The U.S. District Court for the Eastern District of Kentucky recently dismissed a lawsuit filed by the American Atheists, holding that the plaintiffs lacked standing. The American Atheists and several affiliated organizations had filed a complaint challenging various preferences for churches in the tax code, including the exception to filing the Form 990 and the parsonage allowance. The plaintiffs alleged that the challenged statutes violated various constitutional provisions, including the Equal Protection Clause and the Establishment Clause.
In general, plaintiffs may not bring suit to challenge the constitutionality of a law unless they can demonstrate that the law causes them to suffer actual, particular harm. Because the American Atheists had not actually claimed an exemption from filing the Form 990 or attempted to pay their executives a tax-free clergy housing allowance, the court held that their putative injury was mere speculation. The court found persuasive the government’s argument that the American Atheists could, conceivably have qualified as a “church” despite their non-theistic views. Because the plaintiffs had never sought classification as a church, Judge William Bertelsman concluded that they had not suffered injury and lacked standing. (Despite the government’s argument, it is highly unlikely that an atheist group could satisfy many of the 14 criteria the IRS currently uses to determine whether an organization is a church.)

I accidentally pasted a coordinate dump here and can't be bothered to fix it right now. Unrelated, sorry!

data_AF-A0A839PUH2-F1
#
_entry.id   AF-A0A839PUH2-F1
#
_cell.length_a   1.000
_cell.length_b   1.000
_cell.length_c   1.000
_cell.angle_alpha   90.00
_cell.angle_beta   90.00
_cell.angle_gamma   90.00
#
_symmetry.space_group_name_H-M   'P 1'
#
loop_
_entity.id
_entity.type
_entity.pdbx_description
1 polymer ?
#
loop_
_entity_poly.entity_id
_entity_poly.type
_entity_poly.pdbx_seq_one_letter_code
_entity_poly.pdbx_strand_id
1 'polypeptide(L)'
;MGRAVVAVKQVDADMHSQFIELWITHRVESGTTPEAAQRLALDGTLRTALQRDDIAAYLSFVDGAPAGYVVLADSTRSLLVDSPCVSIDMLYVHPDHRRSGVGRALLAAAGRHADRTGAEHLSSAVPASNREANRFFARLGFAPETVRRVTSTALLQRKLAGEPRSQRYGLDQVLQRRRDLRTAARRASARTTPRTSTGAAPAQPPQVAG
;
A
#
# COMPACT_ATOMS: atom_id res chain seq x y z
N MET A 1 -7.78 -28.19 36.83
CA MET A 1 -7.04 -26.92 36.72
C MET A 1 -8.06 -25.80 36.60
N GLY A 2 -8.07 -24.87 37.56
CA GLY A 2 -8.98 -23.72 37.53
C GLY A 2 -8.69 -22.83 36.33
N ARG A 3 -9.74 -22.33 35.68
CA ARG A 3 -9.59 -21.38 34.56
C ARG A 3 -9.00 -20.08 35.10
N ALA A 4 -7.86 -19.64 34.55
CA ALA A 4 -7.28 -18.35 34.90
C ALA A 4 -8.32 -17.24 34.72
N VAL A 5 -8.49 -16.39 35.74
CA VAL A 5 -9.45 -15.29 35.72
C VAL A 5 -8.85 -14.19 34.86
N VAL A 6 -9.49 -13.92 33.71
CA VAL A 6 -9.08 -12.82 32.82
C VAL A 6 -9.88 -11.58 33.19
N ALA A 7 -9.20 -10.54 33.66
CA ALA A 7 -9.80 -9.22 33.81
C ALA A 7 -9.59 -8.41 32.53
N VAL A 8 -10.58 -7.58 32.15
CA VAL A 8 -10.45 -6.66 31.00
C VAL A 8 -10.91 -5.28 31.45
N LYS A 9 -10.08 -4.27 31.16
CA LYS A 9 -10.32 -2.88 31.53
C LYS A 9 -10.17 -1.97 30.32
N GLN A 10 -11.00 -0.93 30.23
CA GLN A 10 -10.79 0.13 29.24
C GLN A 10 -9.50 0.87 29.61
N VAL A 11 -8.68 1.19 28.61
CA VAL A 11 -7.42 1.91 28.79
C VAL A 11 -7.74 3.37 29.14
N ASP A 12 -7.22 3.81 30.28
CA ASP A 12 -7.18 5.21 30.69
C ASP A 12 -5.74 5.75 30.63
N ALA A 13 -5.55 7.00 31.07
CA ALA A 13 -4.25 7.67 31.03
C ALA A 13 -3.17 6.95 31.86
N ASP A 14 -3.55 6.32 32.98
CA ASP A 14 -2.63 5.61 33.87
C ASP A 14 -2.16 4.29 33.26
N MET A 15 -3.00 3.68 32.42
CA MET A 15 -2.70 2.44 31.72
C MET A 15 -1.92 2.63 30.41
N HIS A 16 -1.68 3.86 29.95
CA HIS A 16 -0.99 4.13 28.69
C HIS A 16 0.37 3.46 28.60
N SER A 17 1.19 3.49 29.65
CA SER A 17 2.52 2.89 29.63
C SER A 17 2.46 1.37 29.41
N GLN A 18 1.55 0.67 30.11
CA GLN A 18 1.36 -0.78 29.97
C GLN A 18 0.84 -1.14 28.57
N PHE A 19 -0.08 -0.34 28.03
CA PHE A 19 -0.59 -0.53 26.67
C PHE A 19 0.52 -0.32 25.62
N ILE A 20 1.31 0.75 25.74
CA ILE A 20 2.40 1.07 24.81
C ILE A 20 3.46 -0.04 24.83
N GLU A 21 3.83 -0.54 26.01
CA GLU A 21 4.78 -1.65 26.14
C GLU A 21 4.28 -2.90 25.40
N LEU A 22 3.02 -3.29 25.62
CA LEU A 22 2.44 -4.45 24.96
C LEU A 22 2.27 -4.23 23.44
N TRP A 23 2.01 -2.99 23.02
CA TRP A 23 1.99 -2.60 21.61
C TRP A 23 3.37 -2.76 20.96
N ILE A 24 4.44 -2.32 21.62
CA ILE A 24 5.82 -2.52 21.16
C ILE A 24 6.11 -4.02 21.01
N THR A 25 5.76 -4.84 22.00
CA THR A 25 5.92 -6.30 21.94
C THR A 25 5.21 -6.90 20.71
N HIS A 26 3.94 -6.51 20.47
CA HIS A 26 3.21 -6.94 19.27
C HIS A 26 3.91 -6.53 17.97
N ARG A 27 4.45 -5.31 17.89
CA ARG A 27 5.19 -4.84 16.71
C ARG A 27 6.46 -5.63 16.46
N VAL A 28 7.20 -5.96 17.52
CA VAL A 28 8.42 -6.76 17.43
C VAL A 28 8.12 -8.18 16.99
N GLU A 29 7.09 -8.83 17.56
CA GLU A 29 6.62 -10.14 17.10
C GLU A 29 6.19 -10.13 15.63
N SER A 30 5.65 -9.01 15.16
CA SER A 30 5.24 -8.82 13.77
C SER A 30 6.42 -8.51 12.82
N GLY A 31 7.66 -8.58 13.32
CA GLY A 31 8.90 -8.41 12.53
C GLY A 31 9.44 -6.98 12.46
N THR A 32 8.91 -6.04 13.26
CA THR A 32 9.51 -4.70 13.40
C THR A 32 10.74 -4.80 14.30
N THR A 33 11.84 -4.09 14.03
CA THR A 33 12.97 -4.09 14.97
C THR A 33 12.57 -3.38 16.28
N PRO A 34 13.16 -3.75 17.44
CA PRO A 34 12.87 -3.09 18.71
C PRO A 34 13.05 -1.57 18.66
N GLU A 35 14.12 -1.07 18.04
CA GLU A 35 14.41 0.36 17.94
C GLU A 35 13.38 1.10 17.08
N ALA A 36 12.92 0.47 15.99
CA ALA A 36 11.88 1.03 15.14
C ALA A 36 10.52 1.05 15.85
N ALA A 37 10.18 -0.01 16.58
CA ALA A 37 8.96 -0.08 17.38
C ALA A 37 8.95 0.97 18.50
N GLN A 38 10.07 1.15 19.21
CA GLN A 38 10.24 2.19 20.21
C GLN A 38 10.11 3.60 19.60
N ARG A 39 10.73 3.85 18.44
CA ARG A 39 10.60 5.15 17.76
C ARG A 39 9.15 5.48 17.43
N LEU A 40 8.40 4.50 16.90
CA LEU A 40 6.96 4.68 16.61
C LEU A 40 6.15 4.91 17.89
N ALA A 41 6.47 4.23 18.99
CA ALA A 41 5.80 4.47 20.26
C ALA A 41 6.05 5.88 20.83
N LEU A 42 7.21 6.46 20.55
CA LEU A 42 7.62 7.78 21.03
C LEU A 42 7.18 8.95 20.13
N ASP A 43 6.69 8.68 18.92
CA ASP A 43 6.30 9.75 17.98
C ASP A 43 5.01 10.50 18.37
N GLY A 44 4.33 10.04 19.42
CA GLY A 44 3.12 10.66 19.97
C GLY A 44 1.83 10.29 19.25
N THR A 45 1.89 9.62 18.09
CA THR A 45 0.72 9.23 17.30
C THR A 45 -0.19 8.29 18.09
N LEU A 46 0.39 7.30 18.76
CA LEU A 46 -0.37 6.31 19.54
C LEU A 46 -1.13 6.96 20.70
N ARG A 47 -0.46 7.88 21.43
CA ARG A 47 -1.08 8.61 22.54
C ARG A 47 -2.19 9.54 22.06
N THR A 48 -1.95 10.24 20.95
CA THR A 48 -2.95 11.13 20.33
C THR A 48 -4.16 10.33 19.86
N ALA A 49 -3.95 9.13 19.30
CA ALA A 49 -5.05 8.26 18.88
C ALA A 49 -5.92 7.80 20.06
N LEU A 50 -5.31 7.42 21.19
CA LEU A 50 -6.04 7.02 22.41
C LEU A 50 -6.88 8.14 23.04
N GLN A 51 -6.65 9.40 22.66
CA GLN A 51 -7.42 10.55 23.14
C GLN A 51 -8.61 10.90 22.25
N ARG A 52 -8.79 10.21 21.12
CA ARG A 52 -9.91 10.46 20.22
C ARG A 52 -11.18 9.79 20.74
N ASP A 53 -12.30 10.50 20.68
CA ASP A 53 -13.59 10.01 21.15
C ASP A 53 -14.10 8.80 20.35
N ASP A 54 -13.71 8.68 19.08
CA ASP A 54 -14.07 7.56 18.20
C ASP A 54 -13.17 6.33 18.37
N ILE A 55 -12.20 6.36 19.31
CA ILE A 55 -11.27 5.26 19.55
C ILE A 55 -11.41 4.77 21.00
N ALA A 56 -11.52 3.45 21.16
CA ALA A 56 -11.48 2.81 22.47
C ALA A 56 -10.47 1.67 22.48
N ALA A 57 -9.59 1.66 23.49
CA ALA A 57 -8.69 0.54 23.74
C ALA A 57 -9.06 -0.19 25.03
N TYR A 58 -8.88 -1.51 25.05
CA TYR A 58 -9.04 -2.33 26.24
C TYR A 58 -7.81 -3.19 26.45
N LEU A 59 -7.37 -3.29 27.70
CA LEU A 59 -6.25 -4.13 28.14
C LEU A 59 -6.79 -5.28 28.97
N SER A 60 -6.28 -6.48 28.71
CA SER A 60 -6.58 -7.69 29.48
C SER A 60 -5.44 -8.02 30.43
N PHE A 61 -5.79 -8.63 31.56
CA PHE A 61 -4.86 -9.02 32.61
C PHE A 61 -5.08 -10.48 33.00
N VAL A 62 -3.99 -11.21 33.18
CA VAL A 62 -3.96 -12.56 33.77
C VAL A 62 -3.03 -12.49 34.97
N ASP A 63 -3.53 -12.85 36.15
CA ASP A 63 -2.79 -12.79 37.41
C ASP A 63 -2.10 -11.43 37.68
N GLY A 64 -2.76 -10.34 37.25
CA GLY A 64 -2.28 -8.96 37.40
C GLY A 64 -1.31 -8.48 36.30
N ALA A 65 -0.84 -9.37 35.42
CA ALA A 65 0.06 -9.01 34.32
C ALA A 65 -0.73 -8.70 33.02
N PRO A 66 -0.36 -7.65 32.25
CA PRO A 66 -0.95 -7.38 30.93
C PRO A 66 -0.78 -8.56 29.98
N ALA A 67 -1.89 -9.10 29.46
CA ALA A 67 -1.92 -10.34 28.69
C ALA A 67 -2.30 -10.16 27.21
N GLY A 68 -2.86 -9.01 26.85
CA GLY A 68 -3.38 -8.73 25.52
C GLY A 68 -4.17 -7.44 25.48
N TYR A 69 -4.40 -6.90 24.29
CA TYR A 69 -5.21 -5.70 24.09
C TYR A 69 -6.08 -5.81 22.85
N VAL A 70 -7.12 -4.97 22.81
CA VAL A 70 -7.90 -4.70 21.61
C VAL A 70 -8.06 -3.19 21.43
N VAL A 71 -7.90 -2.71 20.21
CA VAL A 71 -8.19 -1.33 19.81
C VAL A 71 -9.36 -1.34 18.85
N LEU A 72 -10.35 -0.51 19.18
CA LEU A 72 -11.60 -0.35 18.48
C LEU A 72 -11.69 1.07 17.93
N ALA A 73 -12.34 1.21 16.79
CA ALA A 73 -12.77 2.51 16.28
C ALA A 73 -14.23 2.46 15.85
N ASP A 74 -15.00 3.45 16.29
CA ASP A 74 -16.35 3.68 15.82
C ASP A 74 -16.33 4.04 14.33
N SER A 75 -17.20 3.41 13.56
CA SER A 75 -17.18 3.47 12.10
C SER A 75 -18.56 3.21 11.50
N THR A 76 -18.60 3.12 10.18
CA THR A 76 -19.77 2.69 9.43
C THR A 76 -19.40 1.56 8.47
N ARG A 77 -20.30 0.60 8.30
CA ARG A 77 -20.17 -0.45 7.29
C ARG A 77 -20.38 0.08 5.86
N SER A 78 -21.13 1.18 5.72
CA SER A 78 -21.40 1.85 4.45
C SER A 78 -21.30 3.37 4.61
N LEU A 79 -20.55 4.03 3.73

Judge Bertelsman distinguished the case from the decision of the U.S. District Court for the Western District of Wisconsin in Freedom from Religion Foundation, Inc. v. Werfel, in which Judge Barbara Crabb had concluded that the clergy housing allowance was unconstitutional, violating the Establishment Clause. The Freedom from Religion Foundation case included two individual plaintiffs who claimed that their housing allowance was not tax-free because they were not practicing clergy. In contrast, Judge Bertelsman noted that the American Atheists suit included no individual plaintiffs who could claim their housing allowance was not exempt. In addition, in Freedom From Religion Foundation, the government had admitted that FFRF could not qualify as a church, whereas in American Atheists, the IRS refused to admit that American Atheists could not qualify as a church.
Judge Crabb’s ruling that the clergy housing allowance is unconstitutional is currently on appeal in the Seventh Circuit.